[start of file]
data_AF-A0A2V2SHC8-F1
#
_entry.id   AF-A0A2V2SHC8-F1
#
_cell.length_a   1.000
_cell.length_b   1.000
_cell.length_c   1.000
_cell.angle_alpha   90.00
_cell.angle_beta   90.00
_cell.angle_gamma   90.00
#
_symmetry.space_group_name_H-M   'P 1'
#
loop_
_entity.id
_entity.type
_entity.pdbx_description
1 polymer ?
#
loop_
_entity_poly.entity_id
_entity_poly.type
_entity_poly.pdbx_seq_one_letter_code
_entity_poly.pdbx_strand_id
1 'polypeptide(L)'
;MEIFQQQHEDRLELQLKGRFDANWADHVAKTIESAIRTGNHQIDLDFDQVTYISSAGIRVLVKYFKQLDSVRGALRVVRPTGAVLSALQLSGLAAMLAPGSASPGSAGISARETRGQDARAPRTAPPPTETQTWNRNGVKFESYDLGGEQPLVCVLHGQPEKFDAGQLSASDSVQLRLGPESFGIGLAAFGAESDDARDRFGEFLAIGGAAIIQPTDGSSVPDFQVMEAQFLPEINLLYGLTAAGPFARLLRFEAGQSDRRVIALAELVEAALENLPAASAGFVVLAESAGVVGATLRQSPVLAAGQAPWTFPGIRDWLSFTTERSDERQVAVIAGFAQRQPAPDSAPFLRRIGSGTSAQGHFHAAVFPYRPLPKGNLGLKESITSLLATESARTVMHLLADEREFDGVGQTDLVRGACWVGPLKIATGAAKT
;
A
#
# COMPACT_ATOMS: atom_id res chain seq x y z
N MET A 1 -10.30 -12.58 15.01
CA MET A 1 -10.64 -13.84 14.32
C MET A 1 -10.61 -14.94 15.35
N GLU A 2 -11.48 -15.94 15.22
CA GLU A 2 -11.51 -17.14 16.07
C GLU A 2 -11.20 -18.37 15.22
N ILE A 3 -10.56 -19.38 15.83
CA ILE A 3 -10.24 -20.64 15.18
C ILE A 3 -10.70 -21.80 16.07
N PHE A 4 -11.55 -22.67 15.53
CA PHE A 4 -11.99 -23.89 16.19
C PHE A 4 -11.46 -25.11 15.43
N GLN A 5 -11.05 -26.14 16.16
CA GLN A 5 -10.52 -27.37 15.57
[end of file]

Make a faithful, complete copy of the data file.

data_AF-A0A2V2SHC8-F1
#
_entry.id   AF-A0A2V2SHC8-F1
#
_cell.length_a   1.000
_cell.length_b   1.000
_cell.length_c   1.000
_cell.angle_alpha   90.00
_cell.angle_beta   90.00
_cell.angle_gamma   90.00
#
_symmetry.space_group_name_H-M   'P 1'
#
loop_
_entity.id
_entity.type
_entity.pdbx_description
1 polymer ?
#
loop_
_entity_poly.entity_id
_entity_poly.type
_entity_poly.pdbx_seq_one_letter_code
_entity_poly.pdbx_strand_id
1 'polypeptide(L)'
;MEIFQQQHEDRLELQLKGRFDANWADHVAKTIESAIRTGNHQIDLDFDQVTYISSAGIRVLVKYFKQLDSVRGALRVVRPTGAVLSALQLSGLAAMLAPGSASPGSAGISARETRGQDARAPRTAPPPTETQTWNRNGVKFESYDLGGEQPLVCVLHGQPEKFDAGQLSASDSVQLRLGPESFGIGLAAFGAESDDARDRFGEFLAIGGAAIIQPTDGSSVPDFQVMEAQFLPEINLLYGLTAAGPFARLLRFEAGQSDRRVIALAELVEAALENLPAASAGFVVLAESAGVVGATLRQSPVLAAGQAPWTFPGIRDWLSFTTERSDERQVAVIAGFAQRQPAPDSAPFLRRIGSGTSAQGHFHAAVFPYRPLPKGNLGLKESITSLLATESARTVMHLLADEREFDGVGQTDLVRGACWVGPLKIATGAAKT
;
A
#
# COMPACT_ATOMS: atom_id res chain seq x y z
N MET A 1 -10.30 -12.58 15.01
CA MET A 1 -10.64 -13.84 14.32
C MET A 1 -10.61 -14.94 15.35
N GLU A 2 -11.48 -15.94 15.22
CA GLU A 2 -11.51 -17.14 16.07
C GLU A 2 -11.20 -18.37 15.22
N ILE A 3 -10.56 -19.38 15.83
CA ILE A 3 -10.24 -20.64 15.18
C ILE A 3 -10.70 -21.80 16.07
N PHE A 4 -11.55 -22.67 15.53
CA PHE A 4 -11.99 -23.89 16.19
C PHE A 4 -11.46 -25.11 15.43
N GLN A 5 -11.05 -26.14 16.16
CA GLN A 5 -10.52 -27.37 15.57